• According to the optical modulation element array described in the item (5), an electrostatic force is generated between the electrode layers and the fixed electrodes. This electrostatic force is used as the displacement drive source of the optical function film. In other words, the movable film that is nearer to the substrate than to the optical function film is allowed to generate an electrostatic force, and hence a greater electrostatic force can be obtained. Therefore, drivability at a lower voltage can be achieved, and the optical function film can respond at a greater speed.
  • (6) The optical modulation element described in the items (1) to (5), wherein the optical function film is a micro mirror.
  • According to the optical modulation element array described in the item (6), since the optical function film is a micro mirror, the hinge is lengthened, and the twist elastic coefficient thereof is reduced.
  • According to an as aspect of the invention, the optical modulation elements is arranged in a zigzag alignment, and the end of the hinge provided in parallel with the second direction is disposed in a gap between the optical modulation-element adjoining along the first direction. Therefore, the hinge can be lengthened without enlarging the optical function film. In other words, the hinge can be lengthened while maintaining the aperture ratio of the optical modulation elements, and the twist elastic coefficient thereof can be reduced. As a result, low-voltage drivability can be achieved while preventing a decrease in displacement responsibility.
  • BRIEF DESCRIPTION OF THE DRAWINGS
  • The invention disclosed herein will be understood better with reference to the following drawings of which:
  • FIG. 1 is a plan view of an optical modulation element array according to a first embodiment in which optical modulation elements are arranged in a zigzag alignment;
  • FIG. 2 is a plan view of an optical modulation element array according to a second embodiment in which micro mirrors are floated and disposed by micro mirror supporting portions;
  • FIG. 3A and FIG. 3B are schematic explanatory drawings, FIG. 3A illustrating a cross section along line B-B in FIG. 2, FIG. 3B illustrating a cross section along line C-C in FIG. 2;
  • FIG. 4A to FIG. 4F are explanatory drawings illustrating the manufacturing procedure of the optical modulation elements in FIG. 2;
  • FIG. 5 is a plan view of an optical modulation element array according to a third embodiment in which a movable film is provided;
  • FIG. 6A to FIG. 6C are schematic explanatory drawings, FIG. 6A illustrating a cross section along line D-D in FIG. 5, FIG. 6B illustrating a cross section along line E-E in FIG. 5, FIG. 6C illustrating a cross section along line F-F in FIG. 5;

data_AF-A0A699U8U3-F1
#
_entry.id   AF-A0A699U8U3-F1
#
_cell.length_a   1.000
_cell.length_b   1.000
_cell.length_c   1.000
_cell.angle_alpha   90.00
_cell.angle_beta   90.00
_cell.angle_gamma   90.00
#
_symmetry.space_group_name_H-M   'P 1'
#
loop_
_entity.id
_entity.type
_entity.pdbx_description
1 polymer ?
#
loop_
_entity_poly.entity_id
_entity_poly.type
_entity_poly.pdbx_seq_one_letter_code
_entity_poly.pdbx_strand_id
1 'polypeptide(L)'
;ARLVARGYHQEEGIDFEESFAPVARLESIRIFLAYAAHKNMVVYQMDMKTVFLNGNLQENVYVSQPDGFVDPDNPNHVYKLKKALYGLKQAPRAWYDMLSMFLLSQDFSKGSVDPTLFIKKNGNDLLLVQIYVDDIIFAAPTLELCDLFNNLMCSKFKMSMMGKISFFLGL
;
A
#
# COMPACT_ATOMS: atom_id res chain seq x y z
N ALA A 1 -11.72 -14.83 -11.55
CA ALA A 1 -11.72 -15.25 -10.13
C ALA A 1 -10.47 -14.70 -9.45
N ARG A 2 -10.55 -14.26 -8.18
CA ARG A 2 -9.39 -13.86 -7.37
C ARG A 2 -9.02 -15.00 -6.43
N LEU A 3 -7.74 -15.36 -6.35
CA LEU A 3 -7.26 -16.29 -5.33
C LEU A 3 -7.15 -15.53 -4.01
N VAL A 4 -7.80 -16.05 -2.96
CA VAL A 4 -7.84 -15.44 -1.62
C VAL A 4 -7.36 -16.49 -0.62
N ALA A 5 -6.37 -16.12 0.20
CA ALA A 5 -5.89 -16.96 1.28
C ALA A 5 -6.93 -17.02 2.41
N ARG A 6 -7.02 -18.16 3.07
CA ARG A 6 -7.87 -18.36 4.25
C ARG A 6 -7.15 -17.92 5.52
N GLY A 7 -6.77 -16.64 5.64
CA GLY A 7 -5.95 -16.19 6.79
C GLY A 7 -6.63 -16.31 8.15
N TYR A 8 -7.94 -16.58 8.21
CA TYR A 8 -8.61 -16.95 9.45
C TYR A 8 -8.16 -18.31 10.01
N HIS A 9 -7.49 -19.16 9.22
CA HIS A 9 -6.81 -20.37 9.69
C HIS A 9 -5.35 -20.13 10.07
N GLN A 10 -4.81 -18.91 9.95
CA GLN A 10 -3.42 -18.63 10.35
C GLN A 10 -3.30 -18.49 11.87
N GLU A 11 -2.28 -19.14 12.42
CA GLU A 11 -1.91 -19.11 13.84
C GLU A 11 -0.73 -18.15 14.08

• FIG. 7 is a perspective view of an optical modulation element of related art;
  • FIG. 8A and FIG. 8B are drawings explaining the operation of the optical modulation element in FIG. 7;
  • FIG. 9 is a plan view of an optical modulation element array using the optical modulation elements in FIG. 7;
  • FIG. 10 is a perspective view of a conventional optical modulation element array in which micro mirrors are disposed above hinges;
  • FIG. 11 is an exploded perspective view of another conventional optical modulation element array in which micro mirrors are disposed above hinges; and
  • FIG. 12 is a plan view of a conventional optical modulation element array in which pixels are arranged in a zigzag alignment.
  • DETAILED DESCRIPTION OF THE INVENTION
  • Exemplary embodiments of an optical modulation element array according to the invention are described below with reference to the drawings. However, it is to be understood that the invention is not intended to be limited to the specific embodiments.
  • FIG. 1 is a plan view of an optical modulation element array according to a first embodiment in which optical modulation elements using micro mirrors serving as optical function films are arranged in a zigzag alignment.
  • The optical modulation element array 100 according to this embodiment includes an array of optical modulation element 61. The optical modulation element 61 includes a micro mirror 65 serving as an optical function film provided above a substrate 63, a hinge 67 supporting the micro mirror 65 so that the micro mirror 65 can be tilted, and a first support 69 by which an end 67 a of the hinge 67 is connected to the substrate 63.